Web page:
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Please begin with an informative title:

The conventional wisdom among the pundits and chattering class is that the political upheaval we're seeing is either about Democrats or it's about incumbents. But if you look at the patterns of who's doing well and who's not, a different theme emerges: politicians who put corporate interests above populist ones are in deep trouble.

For a long time, the mainstream media has equated corporatism with centrism - as though prioritizing the livelihoods of thousands of Gulf fishermen above BP's marginal profits is somehow extreme. As though protecting BP (or Goldman Sachs or Aetna) from the consequences of their actions while everyone else pays for them is somehow a "moderate" stance.

But the real question is a fundamental one: who do our elected officials work for?

David Brooks got at least this right today:

Second, [the oil spill] feeds into the anxiety that there has been an unhappy marriage between corporations and government officials, which has had the effect of corrupting both.

You must enter an Intro for your Diary Entry between 300 and 1150 characters long (that's approximately 50-175 words without any html or formatting markup).

We've been doing a reasonably good job at calling out elected officials of both parties when they favor corporate interests over the people they're supposed to represent. See, e.g., Blanche Lincoln, Joe Lieberman, Mary Landrieu, Ben Nelson, or pretty much any Republican who serves in the House or the Senate.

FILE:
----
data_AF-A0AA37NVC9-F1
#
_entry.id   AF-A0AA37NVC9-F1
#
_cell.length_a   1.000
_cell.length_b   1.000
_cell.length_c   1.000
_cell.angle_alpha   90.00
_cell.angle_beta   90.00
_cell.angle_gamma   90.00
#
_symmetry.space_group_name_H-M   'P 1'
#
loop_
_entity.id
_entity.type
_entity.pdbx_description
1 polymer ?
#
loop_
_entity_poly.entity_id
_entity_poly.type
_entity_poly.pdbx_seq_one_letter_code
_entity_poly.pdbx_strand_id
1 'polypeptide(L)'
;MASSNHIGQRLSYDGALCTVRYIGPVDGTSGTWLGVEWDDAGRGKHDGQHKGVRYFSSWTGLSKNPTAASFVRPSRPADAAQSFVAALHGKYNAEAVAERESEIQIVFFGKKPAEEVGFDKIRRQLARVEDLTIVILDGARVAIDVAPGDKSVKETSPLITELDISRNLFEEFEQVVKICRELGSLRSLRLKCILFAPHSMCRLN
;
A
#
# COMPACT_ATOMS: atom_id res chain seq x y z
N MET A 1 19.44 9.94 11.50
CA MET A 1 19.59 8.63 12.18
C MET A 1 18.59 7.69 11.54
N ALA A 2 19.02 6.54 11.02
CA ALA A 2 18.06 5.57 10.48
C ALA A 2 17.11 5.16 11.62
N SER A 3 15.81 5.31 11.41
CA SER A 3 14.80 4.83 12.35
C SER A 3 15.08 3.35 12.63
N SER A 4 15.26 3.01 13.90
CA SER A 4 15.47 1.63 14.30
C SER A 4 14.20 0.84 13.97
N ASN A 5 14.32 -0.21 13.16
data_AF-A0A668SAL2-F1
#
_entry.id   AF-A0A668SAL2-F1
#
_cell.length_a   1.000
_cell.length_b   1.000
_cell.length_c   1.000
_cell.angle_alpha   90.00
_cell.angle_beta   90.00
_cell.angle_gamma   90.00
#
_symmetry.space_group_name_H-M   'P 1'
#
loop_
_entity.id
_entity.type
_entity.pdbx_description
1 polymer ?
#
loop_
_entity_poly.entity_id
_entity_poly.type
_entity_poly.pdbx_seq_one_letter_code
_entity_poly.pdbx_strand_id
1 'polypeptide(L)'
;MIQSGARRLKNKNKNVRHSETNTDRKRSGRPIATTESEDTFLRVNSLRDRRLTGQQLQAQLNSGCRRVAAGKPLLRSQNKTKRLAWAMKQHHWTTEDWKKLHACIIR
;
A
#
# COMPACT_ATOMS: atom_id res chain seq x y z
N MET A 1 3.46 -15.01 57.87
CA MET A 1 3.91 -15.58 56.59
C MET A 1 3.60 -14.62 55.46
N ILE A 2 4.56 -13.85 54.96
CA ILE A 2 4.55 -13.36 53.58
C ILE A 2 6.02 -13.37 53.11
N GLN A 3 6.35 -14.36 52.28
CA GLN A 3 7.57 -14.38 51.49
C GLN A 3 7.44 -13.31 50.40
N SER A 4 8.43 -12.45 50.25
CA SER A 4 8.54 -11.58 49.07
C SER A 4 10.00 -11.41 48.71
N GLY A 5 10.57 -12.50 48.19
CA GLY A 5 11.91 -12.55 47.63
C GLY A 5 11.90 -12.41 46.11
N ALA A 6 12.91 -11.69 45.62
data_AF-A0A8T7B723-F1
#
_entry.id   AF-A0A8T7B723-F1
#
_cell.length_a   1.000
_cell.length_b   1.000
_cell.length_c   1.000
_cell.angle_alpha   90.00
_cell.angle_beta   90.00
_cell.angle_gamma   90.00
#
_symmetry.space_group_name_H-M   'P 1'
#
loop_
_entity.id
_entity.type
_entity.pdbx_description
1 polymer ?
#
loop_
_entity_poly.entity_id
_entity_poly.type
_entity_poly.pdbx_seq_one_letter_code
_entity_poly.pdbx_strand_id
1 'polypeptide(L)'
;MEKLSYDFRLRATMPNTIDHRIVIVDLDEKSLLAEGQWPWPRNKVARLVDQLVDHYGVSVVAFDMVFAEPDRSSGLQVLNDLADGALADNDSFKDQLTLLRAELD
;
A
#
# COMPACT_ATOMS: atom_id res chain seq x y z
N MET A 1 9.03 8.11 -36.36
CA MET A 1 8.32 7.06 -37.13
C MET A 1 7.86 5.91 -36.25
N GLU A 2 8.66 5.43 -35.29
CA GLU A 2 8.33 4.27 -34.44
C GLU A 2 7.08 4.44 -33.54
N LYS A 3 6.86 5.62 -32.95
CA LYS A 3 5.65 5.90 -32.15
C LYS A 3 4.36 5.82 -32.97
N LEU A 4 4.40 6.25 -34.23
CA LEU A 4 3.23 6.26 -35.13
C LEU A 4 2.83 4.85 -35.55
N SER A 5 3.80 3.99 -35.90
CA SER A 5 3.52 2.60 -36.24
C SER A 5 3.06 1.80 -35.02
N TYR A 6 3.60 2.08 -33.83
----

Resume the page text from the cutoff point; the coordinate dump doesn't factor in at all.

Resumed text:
And we have some real champions, especially in the House. Here's Rep. Alan Grayson taking the Citigroup CEO to the woodshed:

And here's Rep. Tom Perriello sending a warning to the health insurance companies as he moves his bill through the House to repeal the antitrust exemption which has been allowing collusion and price fixing:

So here's what we need: when someone tells you this is a bad year to be a Democrat, or that it's a bad year to be an incumbent, tell them no: it's a bad year to be a corporate sell-out.

I've been working with Congress for just over a year now, and it's become abundantly clear that the single biggest problem we face is corporate capture of our government. We're going to have to fight - and fight hard - so that

government of the people, by the people, for the people, shall not perish from the earth.
(Want to help keep our most progressive, populist members in Congress? Consider a contribution to the Congressional Progressive Caucus PAC.)
Extended (Optional)

Originally posted to Darcy Burner on Wed Jun 02, 2010 at 07:41 AM PDT.

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